Implantation—the process of the egg implanting in the uterine wall—is the part of the conception process that feels like the true beginning of pregnancy. Even though your gynecologist considers the first day of your pregnancy the first day of your last menstrual period, your pregnancy isn’t really “real” until the embryo has implanted in the uterine wall. But when, exactly, does implantation occur (and are there any symptoms of implantation?)? Is it right after you have sex? Days, hours, or weeks later?
Although women who track their cycles can often detect the date of ovulation, there is no way to tell exactly when or if an egg implants (wouldn’t that be nice?!). Implantation most often occurs nine days after ovulation, but it can sometimes happen earlier or later than that. To understand why it takes so long, let’s review the process of conception, day by day.
About five days before ovulation marks the beginning of your fertile window. Because of the lifespan of sperm, sex up to five days before ovulation can result in conception.
Anywhere from three days to one day before ovulation, levels of luteinizing hormone will surge, sending a message to your ovaries that it’s time to release an egg. You can use an ovulation test to detect the LH surge.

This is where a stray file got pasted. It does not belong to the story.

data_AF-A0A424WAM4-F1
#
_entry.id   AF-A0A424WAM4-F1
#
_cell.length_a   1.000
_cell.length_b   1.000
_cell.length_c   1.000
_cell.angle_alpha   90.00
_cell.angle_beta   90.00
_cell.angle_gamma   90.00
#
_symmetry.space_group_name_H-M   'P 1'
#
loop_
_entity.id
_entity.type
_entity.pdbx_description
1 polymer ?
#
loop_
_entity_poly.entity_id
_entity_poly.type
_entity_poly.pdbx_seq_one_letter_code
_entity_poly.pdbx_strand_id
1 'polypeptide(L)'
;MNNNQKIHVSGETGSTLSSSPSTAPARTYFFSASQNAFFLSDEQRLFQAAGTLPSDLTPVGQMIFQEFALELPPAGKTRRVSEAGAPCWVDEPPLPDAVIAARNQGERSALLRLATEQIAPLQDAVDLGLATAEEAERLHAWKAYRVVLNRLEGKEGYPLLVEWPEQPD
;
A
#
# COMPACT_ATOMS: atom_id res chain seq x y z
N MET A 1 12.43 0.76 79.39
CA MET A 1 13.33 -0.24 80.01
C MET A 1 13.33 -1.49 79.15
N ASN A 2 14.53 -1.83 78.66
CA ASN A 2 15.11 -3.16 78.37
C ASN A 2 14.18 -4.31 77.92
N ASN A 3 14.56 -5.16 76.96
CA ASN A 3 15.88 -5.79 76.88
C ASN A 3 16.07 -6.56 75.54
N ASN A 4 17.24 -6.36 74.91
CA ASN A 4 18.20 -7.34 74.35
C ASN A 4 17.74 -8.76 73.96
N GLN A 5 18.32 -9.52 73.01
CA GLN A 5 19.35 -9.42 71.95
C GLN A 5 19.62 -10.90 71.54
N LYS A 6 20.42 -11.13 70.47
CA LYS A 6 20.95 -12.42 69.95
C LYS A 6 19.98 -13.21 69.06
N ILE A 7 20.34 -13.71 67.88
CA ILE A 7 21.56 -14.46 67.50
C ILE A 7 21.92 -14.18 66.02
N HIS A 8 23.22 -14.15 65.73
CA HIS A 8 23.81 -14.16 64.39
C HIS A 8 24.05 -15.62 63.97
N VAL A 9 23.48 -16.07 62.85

During ovulation, an egg is released from the ovary into the fallopian tube, where it begins its journey to the uterus. As soon as the egg is released, the clock starts ticking: a sperm must find and fertilize the egg within 24 hours in order for conception to occur. If a sperm manages to find and penetrate an egg during its journey down the fallopian tube, the egg changes instantaneously to prevent any other sperm from entering.
During fertilization, the genetic material in the sperm and egg combine to create a new cell—called a blastocyst. The blastocyst begins to divide rapidly as it continues traveling down the fallopian tube towards the uterus. This journey takes about three days.
After the blastocyst reaches reaches the uterus, it can take another few days to implant itself in the uterine wall. Around 30 percent of women experience light bleeding around this time, but there is no evidence that implantation bleeding is an actual phenomenon. This bleeding, if it occurs, can last from several hours to a couple days. Most of the time, implantation occurs about nine days after ovulation, but it can occur as early as seven days or as late as 12 days after ovulation. Once implantation is complete, the cervix becomes closed with a mucus plug.
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